City Council moves forward nearly $5 million Fountain Square renovation plan


Daniel Tian/Daily Senior Staffer

Ald. Judy Fiske (1st) said at Monday’s City Council meeting that community input toward the preliminary designs for Fountain Square renovations are well-represented in the city’s plan. Aldermen voted to move forward on the plan slated for completion at the end of 2018.

Julia Jacobs, City Editor

Aldermen Monday approved initial plans to renovate Evanston’s Fountain Square at an estimated cost of nearly $5 million and a completion deadline slated for the end of 2018.

City Council voted unanimously to approve the project’s parameters and direct city staff to open an application for a firm to design the new plaza and likely renovate surrounding streets. The bulk of the cost, $3 million, would fund construction of the fountain area while $1.7 million would go toward street work.

The project should be complete by the end of 2018 because funding will likely come from a federal bond fund that expires on that date, said Dave Stoneback, director of the city’s new Public Works Agency.

The construction project — slated to start in 2017 — would fully renovate the deteriorating fountain and plaza, which includes Sherman Avenue between Church and Davis streets as well as the surrounding landscape areas. The first year of construction would be reserved for construction of the plaza and second year dedicated to street construction if funding is available, Stoneback said.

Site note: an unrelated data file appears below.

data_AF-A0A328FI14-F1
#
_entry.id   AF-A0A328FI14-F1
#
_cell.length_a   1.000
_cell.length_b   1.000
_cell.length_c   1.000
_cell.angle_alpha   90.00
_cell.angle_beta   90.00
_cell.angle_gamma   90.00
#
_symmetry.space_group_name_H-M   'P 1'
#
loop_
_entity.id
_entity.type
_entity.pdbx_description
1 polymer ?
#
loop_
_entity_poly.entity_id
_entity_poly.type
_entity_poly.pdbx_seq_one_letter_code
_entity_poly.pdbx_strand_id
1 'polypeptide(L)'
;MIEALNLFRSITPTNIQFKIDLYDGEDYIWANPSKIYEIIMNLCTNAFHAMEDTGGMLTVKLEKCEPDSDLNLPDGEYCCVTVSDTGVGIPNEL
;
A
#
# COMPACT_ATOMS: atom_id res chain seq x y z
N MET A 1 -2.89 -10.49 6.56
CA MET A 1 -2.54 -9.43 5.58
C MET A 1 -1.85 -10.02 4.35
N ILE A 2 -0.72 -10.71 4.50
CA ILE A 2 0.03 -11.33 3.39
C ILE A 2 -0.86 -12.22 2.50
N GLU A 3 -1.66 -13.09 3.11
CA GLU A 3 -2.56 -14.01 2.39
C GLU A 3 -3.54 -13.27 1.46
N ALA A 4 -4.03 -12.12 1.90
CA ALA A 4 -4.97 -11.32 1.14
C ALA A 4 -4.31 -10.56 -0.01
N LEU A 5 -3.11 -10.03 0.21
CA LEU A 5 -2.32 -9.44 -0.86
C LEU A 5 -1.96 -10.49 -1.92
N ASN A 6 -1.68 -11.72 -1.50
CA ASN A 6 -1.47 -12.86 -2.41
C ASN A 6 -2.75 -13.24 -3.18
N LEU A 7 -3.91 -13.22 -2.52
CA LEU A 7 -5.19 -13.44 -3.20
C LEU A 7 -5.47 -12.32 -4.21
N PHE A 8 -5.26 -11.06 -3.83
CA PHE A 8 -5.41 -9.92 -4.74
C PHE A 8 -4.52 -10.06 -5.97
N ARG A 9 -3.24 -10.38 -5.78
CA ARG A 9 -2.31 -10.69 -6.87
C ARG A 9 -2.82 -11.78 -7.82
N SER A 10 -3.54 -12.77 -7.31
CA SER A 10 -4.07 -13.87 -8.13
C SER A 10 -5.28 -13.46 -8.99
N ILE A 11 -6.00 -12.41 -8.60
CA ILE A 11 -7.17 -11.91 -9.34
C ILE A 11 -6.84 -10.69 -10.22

The city is considering installing a new fountain, a Veteran’s Memorial and planting a permanent holiday tree, he said. Renovations on the street level may include replacing the century-old water main, widen sidewalks on the east side of the street and resurface the road between Church and Davis.

Last year the city hired an initial consulting firm to work with the public to begin redesigning the deteriorating square. Four plans presented to the community in July ranged in cost from $2.1 million to about $5.5 million and eliminated up to 45 parking spaces.

The city found residents did not favor a plan that eliminated parking spaces, Stoneback said. However, he said members of the community did support a plaza with a fountain with a flexible design that could be used year-round.

“A lot of their feedback is represented in this criteria,” Ald. Judy Fiske (1st) told The Daily. “People really care about the quality of life — they see a lot from their windows.”

Fiske, who helped facilitate the community meeting in July, said the community also largely vetoed an idea for a restroom in the square. Ald. Donald Wilson (4th) added that residents mostly agreed that they wanted to preserve some sort of water feature, such as a fountain, in the square.

Wilson said the feedback from the community could ultimately save the city money in designing the final renovations.

“It helped narrow it into a finite area, which will make the design process easier,” Wilson told The Daily. “Hopefully this will limit what the design cost will be.”

After the city hires a firm, the consultants would develop a concrete design by the end of spring 2016 with continued input from the public.

Email: [email protected]
Twitter: @juliarebeccaj